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WIENER v. NAPOLI

United States District Court, Eastern District of New York


March 29, 1991

FLORENCE WIENER, AS EXECUTRIX OF THE ESTATE OF SAMUEL WIENER, PLAINTIFF,
v.
JOSEPH P. NAPOLI, ESQ., MORRIS J. EISEN, ESQ., MORRIS J. EISEN, P.C., AND MORRIS J. EISEN & JOSEPH P. NAPOLI, DEFENDANTS.

The opinion of the court was delivered by: Spatt, District Judge.

  MEMORANDUM AND ORDER

The defendants' motions to dismiss the Complaint raise the novel issue of whether the defendants' alleged fraudulent activity as trial counsel for the plaintiff's attorney-decedent in tort litigation, is sufficient to state a claim for relief under the Racketeering Influenced Corrupt Organization Act, 18 U.S.C. § 1961, et seq. ("RICO").

I.  BACKGROUND

This action stems from financial arrangements between Samuel Wiener, an attorney at law, and the defendants-attorneys, whereby the defendants acted as trial counsel for Wiener. According to the Complaint, by letter agreement dated May 24, 1982, Wiener retained defendant Napoli as trial counsel with respect to fourteen civil actions and agreed to either (1) an equal division of the fees, or (2) a one-third Wiener/two-thirds Napoli division of the fees. The agreement also provided that Wiener would be reimbursed for any disbursements he incurred in connection with the actions. The Complaint also alleges that Napoli practiced individually and also in association and partnership with defendants Eisen and Eisen & Napoli.

After Wiener's death on August 20, 1982, Florence Wiener, as the executrix of Mr. Wiener's estate, retained defendant Napoli and the other defendants as attorneys in an additional ninety-nine of Wiener's cases (see Complaint, Schedule A). Wiener's estate and Napoli entered into separate agreements with respect to each case with regard to the division of fees. In the Complaint the "Eisen Enterprise" is apparently defined as Napoli individually and the other named defendants, as an association (see Complaint, ¶ 18). The Complaint provides, in part, as follows:

    "¶ 26. Since the transfer of the cases to the
  EISEN ENTERPRISE under the agreements entered into
  prior and subsequent to decedent's death, the fees
  and disbursements due from the cases set forth in
  Schedule A have not been paid either in full or, in
  many instances, not at all.

    ¶ 27. Defendants, both individually and as part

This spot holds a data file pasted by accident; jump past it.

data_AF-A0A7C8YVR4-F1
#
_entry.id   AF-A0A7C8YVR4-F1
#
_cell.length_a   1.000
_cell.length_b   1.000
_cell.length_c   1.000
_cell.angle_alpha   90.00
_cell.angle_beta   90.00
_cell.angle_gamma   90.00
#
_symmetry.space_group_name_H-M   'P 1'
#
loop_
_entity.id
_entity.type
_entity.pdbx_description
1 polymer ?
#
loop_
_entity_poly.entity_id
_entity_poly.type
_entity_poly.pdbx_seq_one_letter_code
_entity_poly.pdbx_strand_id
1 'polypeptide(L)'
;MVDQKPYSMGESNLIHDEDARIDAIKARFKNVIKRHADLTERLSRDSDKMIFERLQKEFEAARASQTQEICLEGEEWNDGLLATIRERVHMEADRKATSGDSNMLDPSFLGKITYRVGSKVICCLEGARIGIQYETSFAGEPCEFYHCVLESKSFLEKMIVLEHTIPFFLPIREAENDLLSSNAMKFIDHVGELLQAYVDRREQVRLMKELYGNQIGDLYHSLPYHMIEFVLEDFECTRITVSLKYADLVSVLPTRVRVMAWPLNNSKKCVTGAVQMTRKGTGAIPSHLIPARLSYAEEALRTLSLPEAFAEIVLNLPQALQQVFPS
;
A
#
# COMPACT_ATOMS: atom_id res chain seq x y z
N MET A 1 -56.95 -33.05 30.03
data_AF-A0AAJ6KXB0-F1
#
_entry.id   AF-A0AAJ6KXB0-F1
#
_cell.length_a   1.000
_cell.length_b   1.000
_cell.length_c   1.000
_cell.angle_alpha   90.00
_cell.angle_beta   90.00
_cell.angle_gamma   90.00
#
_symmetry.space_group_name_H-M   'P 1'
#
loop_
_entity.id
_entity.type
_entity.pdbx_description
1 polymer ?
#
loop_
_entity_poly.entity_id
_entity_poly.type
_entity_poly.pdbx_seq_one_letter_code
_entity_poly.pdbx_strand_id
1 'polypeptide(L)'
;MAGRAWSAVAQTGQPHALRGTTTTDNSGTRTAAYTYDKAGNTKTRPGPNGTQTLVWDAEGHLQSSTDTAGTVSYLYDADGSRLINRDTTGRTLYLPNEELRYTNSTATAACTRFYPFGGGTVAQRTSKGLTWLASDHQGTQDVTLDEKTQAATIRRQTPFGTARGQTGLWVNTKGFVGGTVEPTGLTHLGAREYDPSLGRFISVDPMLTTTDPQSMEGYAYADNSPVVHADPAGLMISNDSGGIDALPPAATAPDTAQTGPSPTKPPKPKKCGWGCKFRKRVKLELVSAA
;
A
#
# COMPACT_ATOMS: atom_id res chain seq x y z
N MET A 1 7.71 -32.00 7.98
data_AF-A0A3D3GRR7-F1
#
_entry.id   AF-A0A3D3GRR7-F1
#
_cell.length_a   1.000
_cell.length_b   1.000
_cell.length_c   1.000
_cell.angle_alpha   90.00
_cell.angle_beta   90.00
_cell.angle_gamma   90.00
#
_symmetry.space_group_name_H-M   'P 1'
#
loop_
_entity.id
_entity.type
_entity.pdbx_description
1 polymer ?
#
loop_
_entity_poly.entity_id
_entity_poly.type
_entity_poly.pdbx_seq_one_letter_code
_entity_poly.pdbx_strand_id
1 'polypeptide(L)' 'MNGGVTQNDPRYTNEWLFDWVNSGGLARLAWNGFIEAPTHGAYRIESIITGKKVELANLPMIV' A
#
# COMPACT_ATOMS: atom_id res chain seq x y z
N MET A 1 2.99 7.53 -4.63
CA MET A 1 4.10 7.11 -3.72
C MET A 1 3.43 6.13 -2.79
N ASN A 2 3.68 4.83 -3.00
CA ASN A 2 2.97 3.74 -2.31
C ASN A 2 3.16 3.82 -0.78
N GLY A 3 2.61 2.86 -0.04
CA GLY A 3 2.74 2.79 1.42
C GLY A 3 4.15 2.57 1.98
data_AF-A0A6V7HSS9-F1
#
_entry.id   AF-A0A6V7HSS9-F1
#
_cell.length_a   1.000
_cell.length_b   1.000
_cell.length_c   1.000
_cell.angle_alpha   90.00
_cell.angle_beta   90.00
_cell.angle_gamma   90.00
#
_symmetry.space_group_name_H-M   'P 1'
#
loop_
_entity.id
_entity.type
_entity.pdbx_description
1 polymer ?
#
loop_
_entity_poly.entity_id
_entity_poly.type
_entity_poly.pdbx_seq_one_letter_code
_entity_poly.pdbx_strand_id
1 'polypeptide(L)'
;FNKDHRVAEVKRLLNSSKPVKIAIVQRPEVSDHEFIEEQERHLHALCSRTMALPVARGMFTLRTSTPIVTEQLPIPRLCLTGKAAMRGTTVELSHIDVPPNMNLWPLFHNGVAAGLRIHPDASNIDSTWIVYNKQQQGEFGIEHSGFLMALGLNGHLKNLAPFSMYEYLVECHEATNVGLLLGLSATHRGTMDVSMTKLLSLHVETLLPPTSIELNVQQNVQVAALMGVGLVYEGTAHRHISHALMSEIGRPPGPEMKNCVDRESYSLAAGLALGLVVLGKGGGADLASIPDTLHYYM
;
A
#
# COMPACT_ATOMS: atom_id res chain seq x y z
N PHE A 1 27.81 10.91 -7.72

of the EISEN ENTERPRISE, have in several instances
  concealed the resolution and settlement of cases
  from plaintiff and failed to remit monies due.

    ¶ 28. Defendants, both individually and as part
  of the EISEN ENTERPRISE, have forged indorsements
  on settlement drafts made payable to the Estate of
  SAMUEL WIENER and failed to remit fees and
  disbursements due thereunder.

    ¶ 29. Defendants, individually and as part of the
  EISEN ENTERPRISE, agreed to hold harmless an
  insurance carrier from any claim by decedent's
  estate to a lien on settlement proceeds if
  settlement drafts would be made payable to EISEN,
  P.C. and not to EISEN, P.C. and the Estate of
  SAMUEL WIENER, jointly, in order to conceal the
  fact of settlement from plaintiff.

    ¶ 30. Defendants have also failed to file closing
  statements with the New York State Office of Court
  Administration in a further effort to conceal
  settlements and the nonpayment of fees, in whole or
  in part, to plaintiff."

The Complaint sets forth five claims: (1) fraud; (2) accounting based on a constructive trust; (3) moneys had and received; (4) RICO (18 U.S.C. § 1962[c]); and (5) breach of contract. Subject matter jurisdiction is based on 28 U.S.C. § 1331, in that the RICO claim "arises under the . . . laws . . . of the United States." The Complaint asserts pendent jurisdiction with regard to the remaining four claims which are state law causes of action.

As to the RICO claim, the Complaint alleges that defendants "NAPOLI, EISEN, EISEN, P.C." and "EISEN & NAPOLI" constitute an "enterprise," the "EISEN ENTERPRISE," within the meaning of 18 U.S.C. § 1961(4), and that "NAPOLI, EISEN, EISEN, P.C." and "EISEN & NAPOLI" participated in the affairs of the "EISEN ENTERPRISE" through a "pattern of racketeering" by numerous acts of alleged mail fraud in violation of 18 U.S.C. § 1341.

In particular, the Complaint alleges the following: